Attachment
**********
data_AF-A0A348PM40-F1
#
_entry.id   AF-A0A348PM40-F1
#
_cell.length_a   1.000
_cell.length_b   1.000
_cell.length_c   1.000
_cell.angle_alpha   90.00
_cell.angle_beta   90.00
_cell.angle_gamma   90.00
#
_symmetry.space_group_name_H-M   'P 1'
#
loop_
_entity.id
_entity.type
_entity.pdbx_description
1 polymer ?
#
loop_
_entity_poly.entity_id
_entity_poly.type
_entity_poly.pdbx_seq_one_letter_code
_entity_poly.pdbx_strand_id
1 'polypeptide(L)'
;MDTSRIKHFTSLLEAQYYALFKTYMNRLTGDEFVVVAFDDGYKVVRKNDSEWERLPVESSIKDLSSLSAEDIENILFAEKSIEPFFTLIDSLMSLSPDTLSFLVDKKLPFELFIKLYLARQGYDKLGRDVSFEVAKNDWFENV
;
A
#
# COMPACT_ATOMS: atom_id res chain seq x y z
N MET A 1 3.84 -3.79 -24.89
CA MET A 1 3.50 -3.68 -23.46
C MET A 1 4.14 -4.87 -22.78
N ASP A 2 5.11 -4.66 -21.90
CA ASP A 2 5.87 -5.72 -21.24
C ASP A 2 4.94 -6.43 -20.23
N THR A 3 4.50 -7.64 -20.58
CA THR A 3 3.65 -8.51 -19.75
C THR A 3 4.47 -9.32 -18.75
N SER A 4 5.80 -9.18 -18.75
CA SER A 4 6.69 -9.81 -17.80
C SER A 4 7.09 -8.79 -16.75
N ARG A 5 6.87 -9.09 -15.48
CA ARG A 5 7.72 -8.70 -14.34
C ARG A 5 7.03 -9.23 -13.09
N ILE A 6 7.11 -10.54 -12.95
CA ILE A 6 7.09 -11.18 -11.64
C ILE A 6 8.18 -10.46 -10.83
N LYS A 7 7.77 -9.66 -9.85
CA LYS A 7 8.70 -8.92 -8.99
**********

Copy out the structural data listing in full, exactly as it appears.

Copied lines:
data_AF-A0A348PM40-F1
#
_entry.id   AF-A0A348PM40-F1
#
_cell.length_a   1.000
_cell.length_b   1.000
_cell.length_c   1.000
_cell.angle_alpha   90.00
_cell.angle_beta   90.00
_cell.angle_gamma   90.00
#
_symmetry.space_group_name_H-M   'P 1'
#
loop_
_entity.id
_entity.type
_entity.pdbx_description
1 polymer ?
#
loop_
_entity_poly.entity_id
_entity_poly.type
_entity_poly.pdbx_seq_one_letter_code
_entity_poly.pdbx_strand_id
1 'polypeptide(L)'
;MDTSRIKHFTSLLEAQYYALFKTYMNRLTGDEFVVVAFDDGYKVVRKNDSEWERLPVESSIKDLSSLSAEDIENILFAEKSIEPFFTLIDSLMSLSPDTLSFLVDKKLPFELFIKLYLARQGYDKLGRDVSFEVAKNDWFENV
;
A
#
# COMPACT_ATOMS: atom_id res chain seq x y z
N MET A 1 3.84 -3.79 -24.89
CA MET A 1 3.50 -3.68 -23.46
C MET A 1 4.14 -4.87 -22.78
N ASP A 2 5.11 -4.66 -21.90
CA ASP A 2 5.87 -5.72 -21.24
C ASP A 2 4.94 -6.43 -20.23
N THR A 3 4.50 -7.64 -20.58
CA THR A 3 3.65 -8.51 -19.75
C THR A 3 4.47 -9.32 -18.75
N SER A 4 5.80 -9.18 -18.75
CA SER A 4 6.69 -9.81 -17.80
C SER A 4 7.09 -8.79 -16.75
N ARG A 5 6.87 -9.09 -15.48
CA ARG A 5 7.72 -8.70 -14.34
C ARG A 5 7.03 -9.23 -13.09
N ILE A 6 7.11 -10.54 -12.95
CA ILE A 6 7.09 -11.18 -11.64
C ILE A 6 8.18 -10.46 -10.83
N LYS A 7 7.77 -9.66 -9.85
CA LYS A 7 8.70 -8.92 -8.99